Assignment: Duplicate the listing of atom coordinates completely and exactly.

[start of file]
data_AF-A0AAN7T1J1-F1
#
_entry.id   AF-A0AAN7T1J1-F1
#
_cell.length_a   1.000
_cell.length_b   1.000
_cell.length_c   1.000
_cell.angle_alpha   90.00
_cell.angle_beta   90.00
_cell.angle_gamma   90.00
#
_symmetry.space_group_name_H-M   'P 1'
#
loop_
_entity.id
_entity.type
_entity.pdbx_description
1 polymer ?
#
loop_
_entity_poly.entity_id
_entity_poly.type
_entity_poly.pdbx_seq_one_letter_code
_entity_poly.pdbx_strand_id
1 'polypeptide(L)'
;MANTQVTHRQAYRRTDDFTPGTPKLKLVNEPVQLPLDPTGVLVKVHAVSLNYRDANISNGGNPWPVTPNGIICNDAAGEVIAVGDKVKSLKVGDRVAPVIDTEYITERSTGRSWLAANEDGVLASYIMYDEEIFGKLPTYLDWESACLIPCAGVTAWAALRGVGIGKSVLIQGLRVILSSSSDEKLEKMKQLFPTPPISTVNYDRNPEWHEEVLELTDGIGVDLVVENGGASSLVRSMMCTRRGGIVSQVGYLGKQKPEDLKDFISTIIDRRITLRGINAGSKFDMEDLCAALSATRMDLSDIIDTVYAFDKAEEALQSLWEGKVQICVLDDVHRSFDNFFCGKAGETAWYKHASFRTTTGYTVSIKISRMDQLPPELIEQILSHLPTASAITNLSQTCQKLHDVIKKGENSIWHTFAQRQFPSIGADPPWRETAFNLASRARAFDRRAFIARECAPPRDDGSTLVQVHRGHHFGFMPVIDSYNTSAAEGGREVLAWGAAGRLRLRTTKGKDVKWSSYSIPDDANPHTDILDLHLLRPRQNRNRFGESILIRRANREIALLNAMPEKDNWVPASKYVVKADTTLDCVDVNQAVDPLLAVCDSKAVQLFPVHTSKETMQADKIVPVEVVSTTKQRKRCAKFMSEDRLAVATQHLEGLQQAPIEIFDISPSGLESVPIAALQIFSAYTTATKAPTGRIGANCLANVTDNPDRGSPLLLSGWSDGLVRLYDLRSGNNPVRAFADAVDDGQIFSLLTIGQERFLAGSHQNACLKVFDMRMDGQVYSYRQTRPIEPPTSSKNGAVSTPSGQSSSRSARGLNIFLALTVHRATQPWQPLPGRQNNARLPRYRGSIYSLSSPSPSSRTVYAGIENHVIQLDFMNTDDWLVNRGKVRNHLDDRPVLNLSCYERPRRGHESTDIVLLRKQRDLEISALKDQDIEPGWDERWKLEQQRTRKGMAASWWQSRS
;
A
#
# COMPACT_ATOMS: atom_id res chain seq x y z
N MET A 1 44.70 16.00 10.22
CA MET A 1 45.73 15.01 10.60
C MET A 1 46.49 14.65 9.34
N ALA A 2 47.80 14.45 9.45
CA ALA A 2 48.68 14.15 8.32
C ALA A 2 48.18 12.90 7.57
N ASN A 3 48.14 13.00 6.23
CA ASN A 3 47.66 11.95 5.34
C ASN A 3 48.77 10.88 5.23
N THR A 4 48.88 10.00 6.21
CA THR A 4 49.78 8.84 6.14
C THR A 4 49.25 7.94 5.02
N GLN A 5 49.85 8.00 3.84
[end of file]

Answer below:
data_AF-A0AAN7T1J1-F1
#
_entry.id   AF-A0AAN7T1J1-F1
#
_cell.length_a   1.000
_cell.length_b   1.000
_cell.length_c   1.000
_cell.angle_alpha   90.00
_cell.angle_beta   90.00
_cell.angle_gamma   90.00
#
_symmetry.space_group_name_H-M   'P 1'
#
loop_
_entity.id
_entity.type
_entity.pdbx_description
1 polymer ?
#
loop_
_entity_poly.entity_id
_entity_poly.type
_entity_poly.pdbx_seq_one_letter_code
_entity_poly.pdbx_strand_id
1 'polypeptide(L)'
;MANTQVTHRQAYRRTDDFTPGTPKLKLVNEPVQLPLDPTGVLVKVHAVSLNYRDANISNGGNPWPVTPNGIICNDAAGEVIAVGDKVKSLKVGDRVAPVIDTEYITERSTGRSWLAANEDGVLASYIMYDEEIFGKLPTYLDWESACLIPCAGVTAWAALRGVGIGKSVLIQGLRVILSSSSDEKLEKMKQLFPTPPISTVNYDRNPEWHEEVLELTDGIGVDLVVENGGASSLVRSMMCTRRGGIVSQVGYLGKQKPEDLKDFISTIIDRRITLRGINAGSKFDMEDLCAALSATRMDLSDIIDTVYAFDKAEEALQSLWEGKVQICVLDDVHRSFDNFFCGKAGETAWYKHASFRTTTGYTVSIKISRMDQLPPELIEQILSHLPTASAITNLSQTCQKLHDVIKKGENSIWHTFAQRQFPSIGADPPWRETAFNLASRARAFDRRAFIARECAPPRDDGSTLVQVHRGHHFGFMPVIDSYNTSAAEGGREVLAWGAAGRLRLRTTKGKDVKWSSYSIPDDANPHTDILDLHLLRPRQNRNRFGESILIRRANREIALLNAMPEKDNWVPASKYVVKADTTLDCVDVNQAVDPLLAVCDSKAVQLFPVHTSKETMQADKIVPVEVVSTTKQRKRCAKFMSEDRLAVATQHLEGLQQAPIEIFDISPSGLESVPIAALQIFSAYTTATKAPTGRIGANCLANVTDNPDRGSPLLLSGWSDGLVRLYDLRSGNNPVRAFADAVDDGQIFSLLTIGQERFLAGSHQNACLKVFDMRMDGQVYSYRQTRPIEPPTSSKNGAVSTPSGQSSSRSARGLNIFLALTVHRATQPWQPLPGRQNNARLPRYRGSIYSLSSPSPSSRTVYAGIENHVIQLDFMNTDDWLVNRGKVRNHLDDRPVLNLSCYERPRRGHESTDIVLLRKQRDLEISALKDQDIEPGWDERWKLEQQRTRKGMAASWWQSRS
;
A
#
# COMPACT_ATOMS: atom_id res chain seq x y z
N MET A 1 44.70 16.00 10.22
CA MET A 1 45.73 15.01 10.60
C MET A 1 46.49 14.65 9.34
N ALA A 2 47.80 14.45 9.45
CA ALA A 2 48.68 14.15 8.32
C ALA A 2 48.18 12.90 7.57
N ASN A 3 48.14 13.00 6.23
CA ASN A 3 47.66 11.95 5.34
C ASN A 3 48.77 10.88 5.23
N THR A 4 48.88 10.00 6.21
CA THR A 4 49.78 8.84 6.14
C THR A 4 49.25 7.94 5.02
N GLN A 5 49.85 8.00 3.84